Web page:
Curious Classroom Book Study: Pursue Kids' Questions with Mini Inquiries

Thursday, 3 August 2017



Chapter 7

In This Chapter

While chapter 3 encourages us to capture and honor kids' questions, this chapter provides ideas and examples of how to help children use the research process to explore answers.  It suggests that we might need to be responsive and a bit more in the moment in order to capitalize on these "mini-inquiries" as they arise. 

The book illustrates three examples that include:
  • a bee inquiry launched with the question, "What color are a bee's wings?"
  • a window into Genius Hour that utilizes curiosity lists, charts, and question boxes
  • a destination jar filled with the names of places children want to research
  • the process one class went through to verify the fact that you can turn peanut butter into diamonds (yes you can!)

What I've Tried

Discovery Time is the part of our kindergarten day devoted to inquiry work.  During this time, we might work as a whole group, in small groups, in pairs, or individually to find answers to our questions.  On most days, children are working at choice centers which allows for this flexibility.  Here are a few of the questions we have explored:

What is the difference between a chipmunk and a squirrel?

  
Do all apples have the same number of seeds?

  
Are trees alive?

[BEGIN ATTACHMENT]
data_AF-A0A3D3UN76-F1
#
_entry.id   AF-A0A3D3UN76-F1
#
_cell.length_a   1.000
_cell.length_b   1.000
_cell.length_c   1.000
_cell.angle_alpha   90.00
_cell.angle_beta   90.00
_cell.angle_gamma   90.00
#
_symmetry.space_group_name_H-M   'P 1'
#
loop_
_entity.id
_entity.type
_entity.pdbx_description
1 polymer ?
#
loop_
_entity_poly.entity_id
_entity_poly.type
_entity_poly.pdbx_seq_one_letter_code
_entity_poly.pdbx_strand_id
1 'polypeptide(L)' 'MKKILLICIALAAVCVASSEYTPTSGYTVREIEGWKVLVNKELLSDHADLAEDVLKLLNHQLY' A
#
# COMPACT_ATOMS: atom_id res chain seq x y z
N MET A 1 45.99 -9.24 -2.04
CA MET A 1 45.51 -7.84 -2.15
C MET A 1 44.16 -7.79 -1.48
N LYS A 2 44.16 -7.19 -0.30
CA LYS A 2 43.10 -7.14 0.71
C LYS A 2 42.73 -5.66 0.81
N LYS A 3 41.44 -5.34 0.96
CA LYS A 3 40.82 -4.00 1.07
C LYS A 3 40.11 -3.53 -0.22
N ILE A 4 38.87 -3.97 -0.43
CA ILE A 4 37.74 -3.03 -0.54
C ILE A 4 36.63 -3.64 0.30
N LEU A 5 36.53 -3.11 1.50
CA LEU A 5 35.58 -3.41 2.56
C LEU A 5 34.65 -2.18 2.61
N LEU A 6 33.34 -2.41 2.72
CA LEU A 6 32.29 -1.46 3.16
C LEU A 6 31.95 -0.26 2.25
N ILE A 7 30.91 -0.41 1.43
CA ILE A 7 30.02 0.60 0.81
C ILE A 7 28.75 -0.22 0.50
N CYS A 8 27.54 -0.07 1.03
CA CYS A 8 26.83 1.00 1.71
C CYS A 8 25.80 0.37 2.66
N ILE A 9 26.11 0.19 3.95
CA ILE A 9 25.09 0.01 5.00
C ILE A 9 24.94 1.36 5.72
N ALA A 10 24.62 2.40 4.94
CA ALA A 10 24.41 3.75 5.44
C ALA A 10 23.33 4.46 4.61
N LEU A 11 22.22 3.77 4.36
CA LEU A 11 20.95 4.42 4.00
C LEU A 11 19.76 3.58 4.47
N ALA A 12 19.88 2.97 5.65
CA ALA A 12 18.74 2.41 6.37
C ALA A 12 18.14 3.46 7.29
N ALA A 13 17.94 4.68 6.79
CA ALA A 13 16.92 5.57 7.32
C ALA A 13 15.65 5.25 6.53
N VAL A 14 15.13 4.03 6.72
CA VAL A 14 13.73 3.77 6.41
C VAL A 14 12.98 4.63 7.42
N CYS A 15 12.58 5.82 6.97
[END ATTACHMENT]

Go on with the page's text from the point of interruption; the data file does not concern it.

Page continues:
Is there a difference between dirt and soil?



Doing research with kids takes a different path than theme teaching, which is much more linear and sequential.   Daniels says, "Inquiry is more likely to be a wandering recursive path, with plenty of distracting side roads and occasional dead ends.  When we show kids the real process, and how exciting it is, we help them fall in love with finding out."  

What I'd Like to Try

One challenge I have encountered in working with kinders, is how to break down difficult material so they can understand it.  While not a main focus of this chapter, one of the examples described how "picture note taking" and "physically acting out parts of the article" led to better student understanding.  It did not give specifics, so I searched for some note taking resources and found a few that might be helpful:



Acting out concepts is something I have tried, but it is always great to be reminded to use this strategy.  We've used this to understand how snowflakes form, popcorn pops, seeds grow, and ladybugs change.

I first learned of this approach in the book, Starting With Comprehension by Andie Cunningham and Ruth Shagoury.  Only used copies are available from Amazon, but the good news is that you can get it on the cheap!


Hopefully, the word "mini" in the title of this chapter helps you see that not all questions need to lead to full-blown inquiries.  Helping children research just one question can be useful and a great place to start!  

What mini inquiries have you tried?  What questions were you exploring?

Thanks for stopping by!

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